Hyper-connectivity is pointless without cyber intelligence

An integrated platform powered by an artificial, neural, or machine intelligence can shift through vast data resources to provide usable intelligence.

Mark Harris.
Mark Harris.

We live in a connected era. Admittedly, few people have actually fitted light bulbs that connect to the Internet. However, more people have smart TVs today than ever before. Our watches, tablets, phones, even some of our fridges, are connected to the Internet. You can even buy door locks, office blinds, air conditioners, panes of glass for office windows, dimmer switches, and more that connect to the Internet to ultimately be remotely controlled or feed data to the machine.

It's really convenient and helpful in many ways but hyper-connectivity also presents a few issues.

First, a lot of stuff is connected and can be hacked by people who would use its very tiny computing power or simple connectivity as part of a bigger plan to steal information, destroy infrastructure, or blackmail a business.

Second, all of these devices serve to generate and transmit a ton of data. That data could be useful if we can sift through it all, cull what's useless to our purposes, but retain the rest and also work with it to create information, improve it to create knowledge, and even apply some creativity to arrive at wisdom.

The first problem, the security risk, is the result of the sheer number of devices out there, their often limited capabilities, how workers also need some of them to join and drop from networks at various times and places in the network architecture, and what data must be created, stored, accessed and deleted, by which devices, operated by specific roles-based personnel, and also by which customers, partners and suppliers. It's a massively complex world for IT administrators traditionally accustomed to known devices within perimeter firewall and anti-virus security.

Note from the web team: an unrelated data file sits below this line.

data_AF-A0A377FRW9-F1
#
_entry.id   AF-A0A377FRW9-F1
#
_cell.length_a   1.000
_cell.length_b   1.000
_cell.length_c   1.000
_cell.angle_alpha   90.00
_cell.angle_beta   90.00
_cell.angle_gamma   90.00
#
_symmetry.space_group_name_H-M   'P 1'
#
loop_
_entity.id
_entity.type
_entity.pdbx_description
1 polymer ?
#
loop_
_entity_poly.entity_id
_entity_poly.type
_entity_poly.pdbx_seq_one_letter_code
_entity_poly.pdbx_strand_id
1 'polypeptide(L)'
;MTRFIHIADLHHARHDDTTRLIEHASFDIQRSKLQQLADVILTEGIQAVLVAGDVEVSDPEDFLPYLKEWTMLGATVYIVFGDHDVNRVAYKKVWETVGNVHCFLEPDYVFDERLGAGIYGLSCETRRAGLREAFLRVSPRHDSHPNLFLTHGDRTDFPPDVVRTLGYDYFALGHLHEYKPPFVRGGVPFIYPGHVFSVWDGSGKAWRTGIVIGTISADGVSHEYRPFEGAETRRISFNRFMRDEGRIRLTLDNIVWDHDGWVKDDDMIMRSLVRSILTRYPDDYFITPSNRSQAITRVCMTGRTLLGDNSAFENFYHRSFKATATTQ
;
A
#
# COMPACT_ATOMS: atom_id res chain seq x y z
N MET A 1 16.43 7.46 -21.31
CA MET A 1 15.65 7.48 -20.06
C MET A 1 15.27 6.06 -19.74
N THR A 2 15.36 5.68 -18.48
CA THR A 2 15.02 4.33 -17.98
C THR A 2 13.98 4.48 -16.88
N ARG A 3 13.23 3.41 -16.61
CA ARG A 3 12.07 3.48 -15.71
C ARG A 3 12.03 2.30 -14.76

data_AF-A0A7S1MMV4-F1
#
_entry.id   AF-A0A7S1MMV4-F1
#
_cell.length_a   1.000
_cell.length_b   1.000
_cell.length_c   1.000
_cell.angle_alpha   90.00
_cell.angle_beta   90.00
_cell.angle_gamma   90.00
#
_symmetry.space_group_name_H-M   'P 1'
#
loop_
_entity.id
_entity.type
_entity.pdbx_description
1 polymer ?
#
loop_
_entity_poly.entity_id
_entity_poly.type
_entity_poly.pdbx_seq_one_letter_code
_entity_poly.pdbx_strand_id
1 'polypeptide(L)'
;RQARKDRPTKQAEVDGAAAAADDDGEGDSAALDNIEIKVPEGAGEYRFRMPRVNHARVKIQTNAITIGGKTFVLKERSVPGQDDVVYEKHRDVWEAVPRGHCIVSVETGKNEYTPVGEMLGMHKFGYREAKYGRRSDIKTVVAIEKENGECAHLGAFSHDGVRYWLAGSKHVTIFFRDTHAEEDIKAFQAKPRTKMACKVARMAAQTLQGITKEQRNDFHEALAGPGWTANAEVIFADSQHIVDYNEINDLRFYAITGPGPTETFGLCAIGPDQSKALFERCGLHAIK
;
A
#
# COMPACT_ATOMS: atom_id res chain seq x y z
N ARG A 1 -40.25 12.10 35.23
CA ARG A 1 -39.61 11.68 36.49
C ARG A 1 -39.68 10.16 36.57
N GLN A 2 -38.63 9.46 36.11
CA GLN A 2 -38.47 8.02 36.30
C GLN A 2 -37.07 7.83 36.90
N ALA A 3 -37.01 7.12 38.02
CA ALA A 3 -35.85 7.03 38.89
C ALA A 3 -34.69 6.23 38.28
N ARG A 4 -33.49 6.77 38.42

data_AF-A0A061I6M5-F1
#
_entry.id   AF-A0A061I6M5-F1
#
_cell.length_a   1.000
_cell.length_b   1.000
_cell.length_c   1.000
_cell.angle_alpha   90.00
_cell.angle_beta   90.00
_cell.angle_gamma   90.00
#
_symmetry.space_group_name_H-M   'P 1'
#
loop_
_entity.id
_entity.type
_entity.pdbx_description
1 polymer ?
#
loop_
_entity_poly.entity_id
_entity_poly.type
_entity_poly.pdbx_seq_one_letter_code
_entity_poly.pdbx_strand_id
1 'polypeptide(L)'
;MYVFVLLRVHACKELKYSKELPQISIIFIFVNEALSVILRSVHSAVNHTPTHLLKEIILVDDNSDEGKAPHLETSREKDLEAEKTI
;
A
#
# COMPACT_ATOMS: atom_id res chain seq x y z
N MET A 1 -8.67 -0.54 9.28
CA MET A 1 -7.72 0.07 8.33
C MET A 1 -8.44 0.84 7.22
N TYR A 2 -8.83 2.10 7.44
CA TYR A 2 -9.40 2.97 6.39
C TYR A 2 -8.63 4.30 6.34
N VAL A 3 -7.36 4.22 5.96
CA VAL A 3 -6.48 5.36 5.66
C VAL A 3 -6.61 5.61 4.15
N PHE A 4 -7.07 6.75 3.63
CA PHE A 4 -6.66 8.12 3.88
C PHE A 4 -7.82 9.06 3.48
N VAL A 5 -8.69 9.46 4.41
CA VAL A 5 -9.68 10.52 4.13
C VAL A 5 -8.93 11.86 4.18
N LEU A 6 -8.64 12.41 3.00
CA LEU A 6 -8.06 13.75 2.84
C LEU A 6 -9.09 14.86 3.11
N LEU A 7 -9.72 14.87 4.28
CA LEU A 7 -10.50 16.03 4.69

The second can require a little creativity. People use social media channels, such as Twitter, to hold conversations, note events around them, share pictures and videos, demonstrate their achievements and so on.

Artificial intelligence isn't always a brilliant mastermind that realises humanity is a virus to be eradicated.

We also have connected transport management systems, such as busses, trains, turnstiles, ticketing systems and a bunch of similar stuff. And emergency services are connected, such as individual firefighters and police, as are even their weapons and vehicles these days. The city's personnel records can also be connected. Traffic lights and CCTV cameras have also long since been looped in.

All of those systems contain or generate data. Separately they hold dubious value. I mean, seriously, how valuable is one person's Twitter post? Or that a thermometer registers rising temperature? Or that a CCTV camera's vision is obscured or blurred? Or that four personal cop radios are located at the intersection of two streets with their vehicle, which contains riot gear, closer than 10m away? And that one fire engine is down for repairs but two others are recently serviced and ready for action with 15 firefighters ready to roll?